Tony Finau is the PGA Tour’s late bloomer — but now he’s in full bloom.
Tony didn’t like the way he finished on his way to winning the 3M last week so all he did was wipe out the rest of the field on Sunday at Detroit County Club and in the process, he became the first back-to-back winner on Tour in three years.
“I was disappointed with my finish last week,” Finau said after shooting a tournament record 26-under par. “All I wanted to do this week is show I’m a winner and a champion.”
Tony is more than that.
He’s come up the hard way. Today’s stars typically cut their teeth on lofty college and amateur competition — not Tony. He turned pro at age 17 and did it the hard way — working his way up from mini-tour golf to the biggest stage. It’s been a long, tough journey and now at age 32, the PGA Tour’s late-bloomer is in full bloom.
“It feels amazing,” Finau said as he has doubled his PGA Tour victories (this was his fourth) in the past two weeks and in the process, moved himself into the top 10 in the FedEx Cup race and jumped to 16th in the world rankings.
He best described his journey and mindset in one sentence — “Keep your head up and one foot after the other.”
For the longest time, Finau was known as the nice guy who finished second. Victories avoided him but his immense talent was beginning to show through.
This past week he put on a ball-striking clinic — for most of the four rounds it was fairways and greens and his vastly-improved putting stroke was on full display. His power looks easy, almost effortless and even more amazing is that he doesn’t wear tradition golf shoes — no spikes, not even soft-spikes — just regular athletic/tennis shoes. He average 309-yards plus, hit 82 percent of the fairways and 92 percent of the greens — impressive.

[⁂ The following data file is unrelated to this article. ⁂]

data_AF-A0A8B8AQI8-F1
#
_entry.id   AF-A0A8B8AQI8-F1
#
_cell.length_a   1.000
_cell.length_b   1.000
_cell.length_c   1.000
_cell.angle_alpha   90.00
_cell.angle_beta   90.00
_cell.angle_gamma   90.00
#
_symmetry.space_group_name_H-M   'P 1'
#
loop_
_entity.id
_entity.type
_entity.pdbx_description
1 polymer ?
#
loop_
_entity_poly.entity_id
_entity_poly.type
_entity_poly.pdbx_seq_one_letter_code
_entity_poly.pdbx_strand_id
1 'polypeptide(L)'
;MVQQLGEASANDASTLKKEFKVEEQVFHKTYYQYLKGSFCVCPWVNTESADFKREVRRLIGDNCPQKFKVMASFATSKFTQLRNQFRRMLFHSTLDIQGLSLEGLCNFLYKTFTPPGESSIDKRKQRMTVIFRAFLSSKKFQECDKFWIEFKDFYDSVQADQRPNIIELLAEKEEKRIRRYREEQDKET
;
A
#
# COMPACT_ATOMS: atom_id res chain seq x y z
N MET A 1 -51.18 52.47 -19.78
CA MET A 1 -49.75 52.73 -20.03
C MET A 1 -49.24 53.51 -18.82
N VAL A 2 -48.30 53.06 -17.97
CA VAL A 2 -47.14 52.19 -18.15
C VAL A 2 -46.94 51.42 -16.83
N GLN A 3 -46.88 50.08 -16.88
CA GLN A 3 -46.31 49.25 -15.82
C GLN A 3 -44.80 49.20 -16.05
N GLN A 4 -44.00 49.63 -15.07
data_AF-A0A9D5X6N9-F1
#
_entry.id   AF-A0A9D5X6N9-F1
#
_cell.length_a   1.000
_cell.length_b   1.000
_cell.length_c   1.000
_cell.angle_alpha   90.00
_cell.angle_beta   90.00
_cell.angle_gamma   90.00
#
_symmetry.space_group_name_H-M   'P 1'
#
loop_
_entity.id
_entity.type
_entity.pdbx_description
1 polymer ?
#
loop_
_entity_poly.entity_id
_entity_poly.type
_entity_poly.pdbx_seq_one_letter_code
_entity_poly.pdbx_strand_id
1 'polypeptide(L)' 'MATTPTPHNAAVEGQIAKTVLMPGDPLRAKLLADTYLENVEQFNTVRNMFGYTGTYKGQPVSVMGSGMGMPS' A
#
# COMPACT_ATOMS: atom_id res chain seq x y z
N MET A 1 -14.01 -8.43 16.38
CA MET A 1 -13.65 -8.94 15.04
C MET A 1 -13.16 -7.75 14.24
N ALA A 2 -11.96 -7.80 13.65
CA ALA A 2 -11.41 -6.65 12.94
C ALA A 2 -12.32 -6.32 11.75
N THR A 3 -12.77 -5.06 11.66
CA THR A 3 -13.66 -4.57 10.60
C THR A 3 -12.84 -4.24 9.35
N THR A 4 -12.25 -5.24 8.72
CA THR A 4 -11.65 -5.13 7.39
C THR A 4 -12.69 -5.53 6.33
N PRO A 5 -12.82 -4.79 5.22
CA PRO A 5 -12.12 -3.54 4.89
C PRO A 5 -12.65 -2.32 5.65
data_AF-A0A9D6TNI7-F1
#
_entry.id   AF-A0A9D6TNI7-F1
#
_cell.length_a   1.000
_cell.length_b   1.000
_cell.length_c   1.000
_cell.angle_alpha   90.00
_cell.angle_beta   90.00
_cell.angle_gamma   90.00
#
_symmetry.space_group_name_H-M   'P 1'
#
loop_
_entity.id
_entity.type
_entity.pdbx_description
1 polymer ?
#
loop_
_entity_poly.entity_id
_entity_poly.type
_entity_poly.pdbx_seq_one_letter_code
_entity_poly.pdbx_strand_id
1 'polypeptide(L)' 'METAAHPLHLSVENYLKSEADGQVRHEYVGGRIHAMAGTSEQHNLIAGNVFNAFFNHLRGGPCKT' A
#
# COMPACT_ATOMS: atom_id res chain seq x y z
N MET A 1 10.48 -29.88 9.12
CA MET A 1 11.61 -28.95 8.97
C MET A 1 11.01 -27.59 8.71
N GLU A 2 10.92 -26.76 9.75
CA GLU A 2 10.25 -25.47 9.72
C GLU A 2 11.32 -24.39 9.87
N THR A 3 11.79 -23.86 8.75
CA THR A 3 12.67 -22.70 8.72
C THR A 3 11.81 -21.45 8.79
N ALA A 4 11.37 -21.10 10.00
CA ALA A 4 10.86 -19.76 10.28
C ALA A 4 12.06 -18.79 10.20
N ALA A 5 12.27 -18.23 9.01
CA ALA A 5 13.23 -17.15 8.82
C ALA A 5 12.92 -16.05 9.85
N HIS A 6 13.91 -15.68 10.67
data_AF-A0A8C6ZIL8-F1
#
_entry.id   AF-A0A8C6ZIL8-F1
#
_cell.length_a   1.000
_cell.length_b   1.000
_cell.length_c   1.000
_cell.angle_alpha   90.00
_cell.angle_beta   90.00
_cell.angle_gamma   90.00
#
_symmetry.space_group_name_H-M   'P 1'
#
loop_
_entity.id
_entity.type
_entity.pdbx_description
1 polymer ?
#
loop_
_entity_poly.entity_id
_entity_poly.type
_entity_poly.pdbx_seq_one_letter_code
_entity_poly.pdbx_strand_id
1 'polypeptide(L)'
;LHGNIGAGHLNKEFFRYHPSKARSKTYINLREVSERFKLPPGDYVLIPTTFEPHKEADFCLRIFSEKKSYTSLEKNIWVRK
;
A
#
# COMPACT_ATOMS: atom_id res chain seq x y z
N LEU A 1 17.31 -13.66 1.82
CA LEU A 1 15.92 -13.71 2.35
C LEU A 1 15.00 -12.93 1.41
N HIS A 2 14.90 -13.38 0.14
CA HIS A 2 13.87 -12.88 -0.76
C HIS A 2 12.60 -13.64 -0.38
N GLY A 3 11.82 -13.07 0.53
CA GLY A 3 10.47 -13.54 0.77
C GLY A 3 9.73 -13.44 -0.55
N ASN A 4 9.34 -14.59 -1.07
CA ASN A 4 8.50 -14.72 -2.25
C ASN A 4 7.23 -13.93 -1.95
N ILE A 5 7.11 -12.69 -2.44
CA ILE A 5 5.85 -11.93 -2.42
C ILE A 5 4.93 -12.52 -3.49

But that putter, the club that he struggled with for years, is now a friend. He got rid of that awkward arm-lock method and now his stroke looks impressive — a nicer, flowing stroke and this week he was simply unbeatable.
Tony got off to a fast start with rounds of 64-66, then took a share of the 54-hole lead with rookie Taylor Pendrith — both were at a lofty 21-under.
Now here’s where Tony got rid of an old demon. This was the sixth time he held a 54-hole lead. He was previously zero-for-five, failing to close those previous leads. With his final-round 67, he left little doubt who the best man was this week in Detroit.
He made just one bogey all week and that came at the 11th when he three-putted from 70 feet. All he did was bounce back with a nifty 30-footer for birdie at the toughest hole on the course — the 482-yard 12th. That got him back to 24-under, four clear of playing partner Pendrith and five ahead of Patrick Cantlay, who made an early run with five front nine birdies. Birdies at the two finishing par fives — 14 and 17, sent Tony down the 72nd fairway with a five-shot lead and the tournament record in hand.
He was the Rocket Man of the Rocket Mortgage and takes a ton of momentum into the playoffs.
And he’s proving that nice guys do finish first.